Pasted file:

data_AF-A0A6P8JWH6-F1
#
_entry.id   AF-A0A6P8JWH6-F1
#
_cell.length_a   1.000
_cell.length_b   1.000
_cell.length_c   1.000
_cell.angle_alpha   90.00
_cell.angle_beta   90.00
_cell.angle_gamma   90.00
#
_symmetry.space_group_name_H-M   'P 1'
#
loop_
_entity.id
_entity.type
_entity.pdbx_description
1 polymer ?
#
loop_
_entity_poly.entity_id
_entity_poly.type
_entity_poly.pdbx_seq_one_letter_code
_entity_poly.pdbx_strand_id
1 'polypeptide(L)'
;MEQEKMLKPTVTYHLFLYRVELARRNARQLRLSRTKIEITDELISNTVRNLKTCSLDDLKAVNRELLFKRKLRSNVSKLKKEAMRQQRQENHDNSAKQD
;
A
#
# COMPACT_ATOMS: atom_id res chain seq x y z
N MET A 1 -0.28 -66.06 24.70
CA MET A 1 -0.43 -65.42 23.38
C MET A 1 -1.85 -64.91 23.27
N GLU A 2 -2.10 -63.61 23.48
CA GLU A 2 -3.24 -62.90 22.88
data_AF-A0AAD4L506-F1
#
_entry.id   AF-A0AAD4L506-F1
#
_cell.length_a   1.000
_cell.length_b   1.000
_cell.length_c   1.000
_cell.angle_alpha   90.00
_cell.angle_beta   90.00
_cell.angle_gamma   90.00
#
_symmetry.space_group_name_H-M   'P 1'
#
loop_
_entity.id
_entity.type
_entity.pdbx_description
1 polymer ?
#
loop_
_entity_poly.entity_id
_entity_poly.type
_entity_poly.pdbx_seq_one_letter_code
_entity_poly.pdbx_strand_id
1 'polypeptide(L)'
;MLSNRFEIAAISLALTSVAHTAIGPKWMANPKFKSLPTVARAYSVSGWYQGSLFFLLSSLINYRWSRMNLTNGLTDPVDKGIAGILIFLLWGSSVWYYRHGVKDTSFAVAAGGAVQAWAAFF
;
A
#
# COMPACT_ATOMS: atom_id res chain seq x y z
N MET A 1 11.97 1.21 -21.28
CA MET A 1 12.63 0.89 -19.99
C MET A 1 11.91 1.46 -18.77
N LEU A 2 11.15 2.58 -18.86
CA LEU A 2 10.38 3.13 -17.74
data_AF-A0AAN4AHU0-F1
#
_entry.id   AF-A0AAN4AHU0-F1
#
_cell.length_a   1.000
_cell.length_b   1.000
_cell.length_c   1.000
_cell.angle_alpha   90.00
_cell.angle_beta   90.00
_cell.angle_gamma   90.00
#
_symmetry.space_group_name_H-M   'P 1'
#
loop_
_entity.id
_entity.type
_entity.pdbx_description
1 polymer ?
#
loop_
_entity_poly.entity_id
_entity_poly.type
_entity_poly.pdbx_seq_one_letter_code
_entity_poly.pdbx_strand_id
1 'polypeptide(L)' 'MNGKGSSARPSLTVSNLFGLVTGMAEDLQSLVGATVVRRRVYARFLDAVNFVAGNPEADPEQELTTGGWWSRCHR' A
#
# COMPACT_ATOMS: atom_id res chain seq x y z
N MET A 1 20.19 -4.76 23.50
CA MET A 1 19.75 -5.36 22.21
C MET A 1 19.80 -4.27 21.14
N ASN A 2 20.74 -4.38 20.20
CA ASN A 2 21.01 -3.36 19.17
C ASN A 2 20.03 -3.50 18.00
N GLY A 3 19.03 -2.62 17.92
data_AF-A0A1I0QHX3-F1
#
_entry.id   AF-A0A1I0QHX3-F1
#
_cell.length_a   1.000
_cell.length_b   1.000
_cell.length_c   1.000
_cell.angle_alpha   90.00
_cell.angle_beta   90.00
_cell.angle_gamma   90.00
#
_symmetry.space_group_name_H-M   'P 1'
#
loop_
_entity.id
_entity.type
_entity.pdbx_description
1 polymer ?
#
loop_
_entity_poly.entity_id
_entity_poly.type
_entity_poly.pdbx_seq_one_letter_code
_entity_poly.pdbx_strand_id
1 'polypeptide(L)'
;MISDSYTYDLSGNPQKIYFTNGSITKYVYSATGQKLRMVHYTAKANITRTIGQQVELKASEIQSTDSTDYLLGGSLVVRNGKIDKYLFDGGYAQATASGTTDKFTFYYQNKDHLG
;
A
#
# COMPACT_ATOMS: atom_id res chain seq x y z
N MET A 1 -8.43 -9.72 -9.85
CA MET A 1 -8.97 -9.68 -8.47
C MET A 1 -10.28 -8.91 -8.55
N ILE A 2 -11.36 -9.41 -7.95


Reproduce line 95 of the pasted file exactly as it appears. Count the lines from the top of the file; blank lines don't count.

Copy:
1 'polypeptide(L)' 'MNGKGSSARPSLTVSNLFGLVTGMAEDLQSLVGATVVRRRVYARFLDAVNFVAGNPEADPEQELTTGGWWSRCHR' A